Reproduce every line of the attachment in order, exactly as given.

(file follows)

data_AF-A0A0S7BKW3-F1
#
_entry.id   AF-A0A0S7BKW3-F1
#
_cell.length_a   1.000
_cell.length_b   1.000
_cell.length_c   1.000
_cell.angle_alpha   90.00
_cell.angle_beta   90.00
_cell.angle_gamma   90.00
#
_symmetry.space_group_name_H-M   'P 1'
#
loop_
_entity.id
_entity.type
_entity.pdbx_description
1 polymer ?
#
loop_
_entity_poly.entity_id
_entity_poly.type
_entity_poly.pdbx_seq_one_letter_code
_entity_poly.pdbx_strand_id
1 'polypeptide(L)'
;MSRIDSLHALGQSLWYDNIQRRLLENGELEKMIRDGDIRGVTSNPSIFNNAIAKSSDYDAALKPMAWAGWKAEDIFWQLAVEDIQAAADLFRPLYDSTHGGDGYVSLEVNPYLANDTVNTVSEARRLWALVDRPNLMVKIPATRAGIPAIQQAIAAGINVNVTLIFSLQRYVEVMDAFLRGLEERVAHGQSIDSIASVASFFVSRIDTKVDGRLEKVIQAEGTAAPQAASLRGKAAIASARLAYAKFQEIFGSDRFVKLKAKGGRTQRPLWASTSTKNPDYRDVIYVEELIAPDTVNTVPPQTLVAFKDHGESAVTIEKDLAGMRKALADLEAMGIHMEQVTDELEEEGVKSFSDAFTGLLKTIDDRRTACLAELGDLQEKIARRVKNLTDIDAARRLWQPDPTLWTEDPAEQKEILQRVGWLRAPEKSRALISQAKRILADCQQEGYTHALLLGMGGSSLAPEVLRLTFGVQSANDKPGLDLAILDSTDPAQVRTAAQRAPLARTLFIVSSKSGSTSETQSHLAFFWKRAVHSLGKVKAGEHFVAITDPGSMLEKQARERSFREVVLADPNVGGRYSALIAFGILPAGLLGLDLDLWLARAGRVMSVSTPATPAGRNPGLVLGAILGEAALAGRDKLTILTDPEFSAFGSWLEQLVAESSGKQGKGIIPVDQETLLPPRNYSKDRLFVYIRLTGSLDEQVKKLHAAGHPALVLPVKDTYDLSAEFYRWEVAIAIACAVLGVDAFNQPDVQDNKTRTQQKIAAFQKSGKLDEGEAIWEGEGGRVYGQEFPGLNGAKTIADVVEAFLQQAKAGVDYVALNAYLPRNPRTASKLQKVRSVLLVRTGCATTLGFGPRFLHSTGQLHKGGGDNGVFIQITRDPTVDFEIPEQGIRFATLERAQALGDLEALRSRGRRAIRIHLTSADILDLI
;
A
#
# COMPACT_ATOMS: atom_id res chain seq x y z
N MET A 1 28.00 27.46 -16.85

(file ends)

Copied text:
data_AF-A0A0S7BKW3-F1
#
_entry.id   AF-A0A0S7BKW3-F1
#
_cell.length_a   1.000
_cell.length_b   1.000
_cell.length_c   1.000
_cell.angle_alpha   90.00
_cell.angle_beta   90.00
_cell.angle_gamma   90.00
#
_symmetry.space_group_name_H-M   'P 1'
#
loop_
_entity.id
_entity.type
_entity.pdbx_description
1 polymer ?
#
loop_
_entity_poly.entity_id
_entity_poly.type
_entity_poly.pdbx_seq_one_letter_code
_entity_poly.pdbx_strand_id
1 'polypeptide(L)'
;MSRIDSLHALGQSLWYDNIQRRLLENGELEKMIRDGDIRGVTSNPSIFNNAIAKSSDYDAALKPMAWAGWKAEDIFWQLAVEDIQAAADLFRPLYDSTHGGDGYVSLEVNPYLANDTVNTVSEARRLWALVDRPNLMVKIPATRAGIPAIQQAIAAGINVNVTLIFSLQRYVEVMDAFLRGLEERVAHGQSIDSIASVASFFVSRIDTKVDGRLEKVIQAEGTAAPQAASLRGKAAIASARLAYAKFQEIFGSDRFVKLKAKGGRTQRPLWASTSTKNPDYRDVIYVEELIAPDTVNTVPPQTLVAFKDHGESAVTIEKDLAGMRKALADLEAMGIHMEQVTDELEEEGVKSFSDAFTGLLKTIDDRRTACLAELGDLQEKIARRVKNLTDIDAARRLWQPDPTLWTEDPAEQKEILQRVGWLRAPEKSRALISQAKRILADCQQEGYTHALLLGMGGSSLAPEVLRLTFGVQSANDKPGLDLAILDSTDPAQVRTAAQRAPLARTLFIVSSKSGSTSETQSHLAFFWKRAVHSLGKVKAGEHFVAITDPGSMLEKQARERSFREVVLADPNVGGRYSALIAFGILPAGLLGLDLDLWLARAGRVMSVSTPATPAGRNPGLVLGAILGEAALAGRDKLTILTDPEFSAFGSWLEQLVAESSGKQGKGIIPVDQETLLPPRNYSKDRLFVYIRLTGSLDEQVKKLHAAGHPALVLPVKDTYDLSAEFYRWEVAIAIACAVLGVDAFNQPDVQDNKTRTQQKIAAFQKSGKLDEGEAIWEGEGGRVYGQEFPGLNGAKTIADVVEAFLQQAKAGVDYVALNAYLPRNPRTASKLQKVRSVLLVRTGCATTLGFGPRFLHSTGQLHKGGGDNGVFIQITRDPTVDFEIPEQGIRFATLERAQALGDLEALRSRGRRAIRIHLTSADILDLI
;
A
#
# COMPACT_ATOMS: atom_id res chain seq x y z
N MET A 1 28.00 27.46 -16.85